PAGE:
What is the biggest challenge you’ve had to overcome and how did you do so? TY: The biggest challenge(s) I have faced so far are the organization changes that have occurred in the last 2 years. Every time the Sales, Professional Services, Product Management or Engineering teams are restructured we must re-educate the business and make a case for them to understand the value of what we are doing. This is time-intensive and often grinds projects to a halt. To overcome this, we are working very closely with executive management. In my case, James Feger and Aamir Hussain are strong advocates for what we are doing and work proactively with their peers to ensure that we are able to move forward.

Describe what makes your specific skill-set an asset to your team and CenturyLink TY: My focus on strategy and outcomes is a benefit to my team. They know what is expected of them, how it fits in the organization, and how they will be measured. The benefit to CenturyLink Cloud as a whole is that I understand how to build a team that can meet the strategic outcomes defined by the business. My team has experience with CenturyLink Cloud, storage, networking, order processing, and operations. They know what needs to get done, how to do it, and they are motivated to execute.

What motivates you each day? TY: Knowing that we have a positive impact on the bottom line. The programs we develop and manage improve the experience of the customer and increase productivity within the organization. To accomplish this we get to work with several departments and individuals in the business. Every week I learn something new and have an interaction that makes me proud to be at CenturyLink.

What’s a little-known-fact about yourself that you’d be OK sharing? TY: I am a huge Harry Potter fan. I have read the books 4-5 times, listened to the audiobooks 2-3 times, and watch the movies while doing housework on a loop. However, I have never been to the The Wizarding World of Harry Potter at Universal Studios -- it's one of the biggest items on my bucket list.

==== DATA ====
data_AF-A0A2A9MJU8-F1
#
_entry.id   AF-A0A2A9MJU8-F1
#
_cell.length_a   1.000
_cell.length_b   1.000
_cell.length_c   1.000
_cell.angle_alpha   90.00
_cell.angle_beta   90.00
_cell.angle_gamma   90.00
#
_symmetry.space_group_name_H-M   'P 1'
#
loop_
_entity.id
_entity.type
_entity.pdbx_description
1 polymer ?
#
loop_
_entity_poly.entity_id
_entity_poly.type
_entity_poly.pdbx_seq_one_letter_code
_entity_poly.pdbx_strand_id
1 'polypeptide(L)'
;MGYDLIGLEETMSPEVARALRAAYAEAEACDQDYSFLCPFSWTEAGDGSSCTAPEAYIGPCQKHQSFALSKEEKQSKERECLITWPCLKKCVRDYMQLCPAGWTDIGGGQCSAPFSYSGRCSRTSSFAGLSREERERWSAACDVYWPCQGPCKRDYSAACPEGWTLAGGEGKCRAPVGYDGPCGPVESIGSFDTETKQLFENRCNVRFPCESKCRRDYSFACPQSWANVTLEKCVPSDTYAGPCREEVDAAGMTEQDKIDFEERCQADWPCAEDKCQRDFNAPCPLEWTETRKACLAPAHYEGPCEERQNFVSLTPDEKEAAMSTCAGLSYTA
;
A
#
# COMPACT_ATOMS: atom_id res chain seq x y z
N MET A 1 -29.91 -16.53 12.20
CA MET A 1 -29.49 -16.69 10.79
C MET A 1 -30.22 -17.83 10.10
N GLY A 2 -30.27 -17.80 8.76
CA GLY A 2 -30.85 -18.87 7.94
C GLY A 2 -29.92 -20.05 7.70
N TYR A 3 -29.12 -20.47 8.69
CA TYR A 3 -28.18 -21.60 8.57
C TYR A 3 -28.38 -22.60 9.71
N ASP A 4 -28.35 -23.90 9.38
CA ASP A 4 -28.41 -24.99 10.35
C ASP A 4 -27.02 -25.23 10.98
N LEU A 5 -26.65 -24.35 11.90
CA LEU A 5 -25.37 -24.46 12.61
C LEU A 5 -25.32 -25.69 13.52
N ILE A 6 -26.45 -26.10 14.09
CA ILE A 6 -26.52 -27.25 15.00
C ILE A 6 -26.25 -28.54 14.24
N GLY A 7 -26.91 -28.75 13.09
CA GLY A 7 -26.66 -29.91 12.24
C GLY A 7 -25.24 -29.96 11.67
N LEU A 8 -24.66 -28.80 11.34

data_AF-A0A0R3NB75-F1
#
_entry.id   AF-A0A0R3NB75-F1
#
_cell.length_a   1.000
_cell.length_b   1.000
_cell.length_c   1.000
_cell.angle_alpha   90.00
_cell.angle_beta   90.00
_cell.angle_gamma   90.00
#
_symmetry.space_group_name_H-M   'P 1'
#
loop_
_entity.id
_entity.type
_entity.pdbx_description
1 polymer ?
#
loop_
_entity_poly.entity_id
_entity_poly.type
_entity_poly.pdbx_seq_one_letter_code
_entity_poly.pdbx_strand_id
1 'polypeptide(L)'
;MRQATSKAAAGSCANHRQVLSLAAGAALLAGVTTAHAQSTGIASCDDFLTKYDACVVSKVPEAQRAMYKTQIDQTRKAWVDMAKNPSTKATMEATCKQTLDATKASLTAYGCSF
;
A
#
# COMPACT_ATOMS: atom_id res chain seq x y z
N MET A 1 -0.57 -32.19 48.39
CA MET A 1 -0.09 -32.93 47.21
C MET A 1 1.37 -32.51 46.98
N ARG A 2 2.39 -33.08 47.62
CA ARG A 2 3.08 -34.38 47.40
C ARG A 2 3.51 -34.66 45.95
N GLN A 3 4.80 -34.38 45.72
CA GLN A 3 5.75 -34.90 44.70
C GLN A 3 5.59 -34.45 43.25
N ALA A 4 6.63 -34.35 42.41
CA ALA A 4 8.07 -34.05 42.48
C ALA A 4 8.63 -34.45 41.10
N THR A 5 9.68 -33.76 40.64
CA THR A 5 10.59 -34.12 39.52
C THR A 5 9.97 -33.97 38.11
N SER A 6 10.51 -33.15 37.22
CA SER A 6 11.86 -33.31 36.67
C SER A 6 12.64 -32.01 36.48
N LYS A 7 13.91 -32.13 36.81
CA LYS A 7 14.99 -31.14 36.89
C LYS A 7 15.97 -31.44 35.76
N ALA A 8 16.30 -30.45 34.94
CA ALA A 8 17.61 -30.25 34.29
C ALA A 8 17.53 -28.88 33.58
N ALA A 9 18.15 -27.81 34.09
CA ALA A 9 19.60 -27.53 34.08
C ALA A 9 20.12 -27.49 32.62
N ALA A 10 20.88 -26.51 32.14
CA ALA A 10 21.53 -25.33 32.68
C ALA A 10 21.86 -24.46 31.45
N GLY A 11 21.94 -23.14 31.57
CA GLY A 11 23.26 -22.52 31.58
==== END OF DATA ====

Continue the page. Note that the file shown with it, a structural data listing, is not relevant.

How does your role translate to your influence and collaboration with others? TY: When people ask me how we fit into the business, the answer is: “We collaborate with the Operations, Product Management, Professional Services, Onboarding, Sales, and Support teams to design and manage transition programs for our customers.” My team is very focused on setting targets and measuring our progress and overall impact. When you can show data and make a case for why your work is impactful, people want to be a part of it. I provide updates with supporting data to a wide audience each week. I'd say 99% of the time, a recipient of the information responds with a question, suggestion, or an offer to assist. This demonstrates the value of what we are providing and the willingness of others to support the goals.

What is your degree in? How do (or don't) you use it every day? TY: I have a double major in Psychology and Sociology and a Masters Degree in Social Work with emphasis on Mental Health and Finance. Both majors help me every day. I always try to have a “make sure you understand the position of the other person first” approach when interacting with my team and co-workers. Making assumptions about what someone is thinking or not respecting the unique perspective they have often leads to misunderstandings and people talking over one another. Understanding the other person allows us to collaborate more openly, work on processes, and agree on outcomes that are mutually beneficial.